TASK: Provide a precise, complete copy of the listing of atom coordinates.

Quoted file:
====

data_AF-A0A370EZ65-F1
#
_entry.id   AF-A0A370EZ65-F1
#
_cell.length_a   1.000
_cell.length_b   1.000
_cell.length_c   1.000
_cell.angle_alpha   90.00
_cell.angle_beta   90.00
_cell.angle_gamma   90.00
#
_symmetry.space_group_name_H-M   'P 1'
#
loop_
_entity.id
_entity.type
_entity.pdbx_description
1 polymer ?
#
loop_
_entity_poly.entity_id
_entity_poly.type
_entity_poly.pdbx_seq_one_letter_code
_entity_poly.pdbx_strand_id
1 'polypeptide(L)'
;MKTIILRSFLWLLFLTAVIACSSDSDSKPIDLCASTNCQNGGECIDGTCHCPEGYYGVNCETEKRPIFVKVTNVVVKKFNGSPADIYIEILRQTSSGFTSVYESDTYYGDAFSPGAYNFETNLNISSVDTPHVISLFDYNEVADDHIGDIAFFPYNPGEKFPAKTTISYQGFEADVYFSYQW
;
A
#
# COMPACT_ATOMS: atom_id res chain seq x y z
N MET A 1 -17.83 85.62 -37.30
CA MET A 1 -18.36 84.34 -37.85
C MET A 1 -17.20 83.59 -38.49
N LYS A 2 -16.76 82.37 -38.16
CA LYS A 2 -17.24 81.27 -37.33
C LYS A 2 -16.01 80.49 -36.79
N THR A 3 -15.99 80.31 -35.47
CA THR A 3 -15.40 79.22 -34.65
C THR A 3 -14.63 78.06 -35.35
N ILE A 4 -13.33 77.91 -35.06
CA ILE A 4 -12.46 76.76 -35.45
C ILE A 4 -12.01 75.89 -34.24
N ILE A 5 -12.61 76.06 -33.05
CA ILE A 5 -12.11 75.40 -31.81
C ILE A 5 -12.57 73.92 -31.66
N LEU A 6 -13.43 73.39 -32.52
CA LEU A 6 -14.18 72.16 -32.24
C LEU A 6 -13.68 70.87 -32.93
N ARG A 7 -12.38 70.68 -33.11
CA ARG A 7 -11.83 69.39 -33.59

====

data_AF-A0A370EZ65-F1
#
_entry.id   AF-A0A370EZ65-F1
#
_cell.length_a   1.000
_cell.length_b   1.000
_cell.length_c   1.000
_cell.angle_alpha   90.00
_cell.angle_beta   90.00
_cell.angle_gamma   90.00
#
_symmetry.space_group_name_H-M   'P 1'
#
loop_
_entity.id
_entity.type
_entity.pdbx_description
1 polymer ?
#
loop_
_entity_poly.entity_id
_entity_poly.type
_entity_poly.pdbx_seq_one_letter_code
_entity_poly.pdbx_strand_id
1 'polypeptide(L)'
;MKTIILRSFLWLLFLTAVIACSSDSDSKPIDLCASTNCQNGGECIDGTCHCPEGYYGVNCETEKRPIFVKVTNVVVKKFNGSPADIYIEILRQTSSGFTSVYESDTYYGDAFSPGAYNFETNLNISSVDTPHVISLFDYNEVADDHIGDIAFFPYNPGEKFPAKTTISYQGFEADVYFSYQW
;
A
#
# COMPACT_ATOMS: atom_id res chain seq x y z
N MET A 1 -17.83 85.62 -37.30
CA MET A 1 -18.36 84.34 -37.85
C MET A 1 -17.20 83.59 -38.49
N LYS A 2 -16.76 82.37 -38.16
CA LYS A 2 -17.24 81.27 -37.33
C LYS A 2 -16.01 80.49 -36.79
N THR A 3 -15.99 80.31 -35.47
CA THR A 3 -15.40 79.22 -34.65
C THR A 3 -14.63 78.06 -35.35
N ILE A 4 -13.33 77.91 -35.06
CA ILE A 4 -12.46 76.76 -35.45
C ILE A 4 -12.01 75.89 -34.24
N ILE A 5 -12.61 76.06 -33.05
CA ILE A 5 -12.11 75.40 -31.81
C ILE A 5 -12.57 73.92 -31.66
N LEU A 6 -13.43 73.39 -32.52
CA LEU A 6 -14.18 72.16 -32.24
C LEU A 6 -13.68 70.87 -32.93
N ARG A 7 -12.38 70.68 -33.11
CA ARG A 7 -11.83 69.39 -33.59